Say Good Bye to the PPP and Hello to PPPP!
Posted on Jul 24, 2020 on Labor Management Issues, Legal Updates by
Loan submissions under the Paycheck Protection Program (the “PPP”) officially came to an end on June 30th, but in reality submissions had all but dried up weeks ago. When the final numbers are crunched, over 4.7 million businesses availed themselves of the program borrowing in excess of $500 billion. The average loan was just over $106,000. However, there remains over $130 billion left in the program and many existing borrowers are clamoring for access to these additional funds. Enter the Prioritized Paycheck Protection Program or what you will soon be called the “P4.” The P4 is a bipartisan bill introduced a few weeks back which has been receiving growing support in Washington. The idea is to extend the deadline for PPP loans and offer additional PPP type loans to a subset of existing small PPP borrowers hardest hit by COVID-19.
The need for P4 is becoming apparent as 48 of 50 states face increases in COVID-19 cases causing twelve states to press pause on reopening plans and an additional five states to actually take a step back with their reopening initiatives.
Get to know the P4
Under currently proposed P4 legislation, the deadline for new PPP loans would be extended to December 31, 2020, and certain prior small PPP borrowers who are hardest hit by COVID would be eligible to receive additional funds.
The P4 is not yet law and remains subject to change as it goes through the legislative process of both the House and Senate before receiving presidential approval; however, here is what we now know:
- New P4 loans are available to only smaller businesses with 100 or fewer employees (the original PPP permitted companies with fewer than 500 employees to participate).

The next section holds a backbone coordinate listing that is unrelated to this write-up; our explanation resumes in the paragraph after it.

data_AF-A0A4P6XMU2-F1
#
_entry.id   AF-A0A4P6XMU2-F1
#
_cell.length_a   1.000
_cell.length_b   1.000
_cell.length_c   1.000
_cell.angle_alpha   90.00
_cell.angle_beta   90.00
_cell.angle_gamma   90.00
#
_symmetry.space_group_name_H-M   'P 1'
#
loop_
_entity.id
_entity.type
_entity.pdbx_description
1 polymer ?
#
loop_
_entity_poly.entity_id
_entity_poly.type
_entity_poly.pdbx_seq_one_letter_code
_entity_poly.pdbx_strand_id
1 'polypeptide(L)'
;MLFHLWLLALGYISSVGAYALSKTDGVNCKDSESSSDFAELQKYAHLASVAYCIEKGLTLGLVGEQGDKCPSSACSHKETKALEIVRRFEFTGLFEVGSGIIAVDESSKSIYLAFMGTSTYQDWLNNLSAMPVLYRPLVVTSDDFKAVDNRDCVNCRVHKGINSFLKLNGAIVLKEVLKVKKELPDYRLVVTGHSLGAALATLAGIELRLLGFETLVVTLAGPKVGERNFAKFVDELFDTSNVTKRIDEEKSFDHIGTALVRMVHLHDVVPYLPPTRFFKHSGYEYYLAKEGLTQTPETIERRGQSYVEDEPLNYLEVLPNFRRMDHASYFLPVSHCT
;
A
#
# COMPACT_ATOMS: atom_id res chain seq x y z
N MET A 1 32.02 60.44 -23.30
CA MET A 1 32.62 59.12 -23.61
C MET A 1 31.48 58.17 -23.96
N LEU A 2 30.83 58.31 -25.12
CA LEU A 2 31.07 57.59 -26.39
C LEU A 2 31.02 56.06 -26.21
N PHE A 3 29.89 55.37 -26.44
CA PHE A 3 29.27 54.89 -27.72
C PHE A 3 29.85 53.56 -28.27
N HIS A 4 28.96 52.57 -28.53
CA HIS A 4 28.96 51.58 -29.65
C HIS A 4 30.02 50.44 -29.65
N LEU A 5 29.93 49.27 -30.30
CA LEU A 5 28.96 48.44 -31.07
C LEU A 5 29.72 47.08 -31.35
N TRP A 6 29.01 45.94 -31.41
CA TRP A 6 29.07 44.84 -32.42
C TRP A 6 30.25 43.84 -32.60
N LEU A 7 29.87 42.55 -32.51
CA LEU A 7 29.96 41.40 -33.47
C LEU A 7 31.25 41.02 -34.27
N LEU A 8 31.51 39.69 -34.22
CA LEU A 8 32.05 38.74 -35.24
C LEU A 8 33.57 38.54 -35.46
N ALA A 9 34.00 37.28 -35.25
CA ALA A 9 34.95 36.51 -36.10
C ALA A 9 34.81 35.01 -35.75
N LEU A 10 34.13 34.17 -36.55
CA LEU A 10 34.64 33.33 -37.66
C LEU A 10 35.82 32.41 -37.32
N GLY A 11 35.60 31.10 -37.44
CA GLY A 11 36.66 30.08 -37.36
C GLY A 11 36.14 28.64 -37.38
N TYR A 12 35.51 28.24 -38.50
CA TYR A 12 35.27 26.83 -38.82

- No public companies (the original PPP allowed publicly traded companies to participate).
- Borrowers must be able to show they have exhausted their initial PPP loan or are on track to do so.
- Borrowers must be able to show COVID-19 caused lost revenue of 50 percent or more (the original PPP only required borrowers show they expected their business to be harmed by COVID-19).
- Up to $25 billion being earmarked for businesses with 10 or fewer employees.
- Borrowing amounts would be capped at $2 million (the original PPP permitted borrowings up to $10 million).
- Borrowing amounts would be capped at 250 percent of monthly payroll costs (about the same limit as under PPP).
When can we expect passage of the P4?
Many Washington insiders believe the P4 will be wrapped into a fourth stimulus package. This package is currently under consideration but no vote is expected until after Congress returns from its summer recess in late July.
In the background of all of this is a possible interim step. Last week the Senate passed a proposed extension to the PPP, which would extend the deadline for filing an initial loan application from June 30th to August 8th, presumably this extension is designed to cover any gap that will exist while P4 is pending. This proposed extension is itself still pending approval from the House and the President.
The more targeted approach of the P4 is designed to help the most needy businesses and is what main street businesses need in Q3 to help see them through to the other side of the pandemic. Brody and Associates will continue to monitor the P4 legislation and keep our clients updated.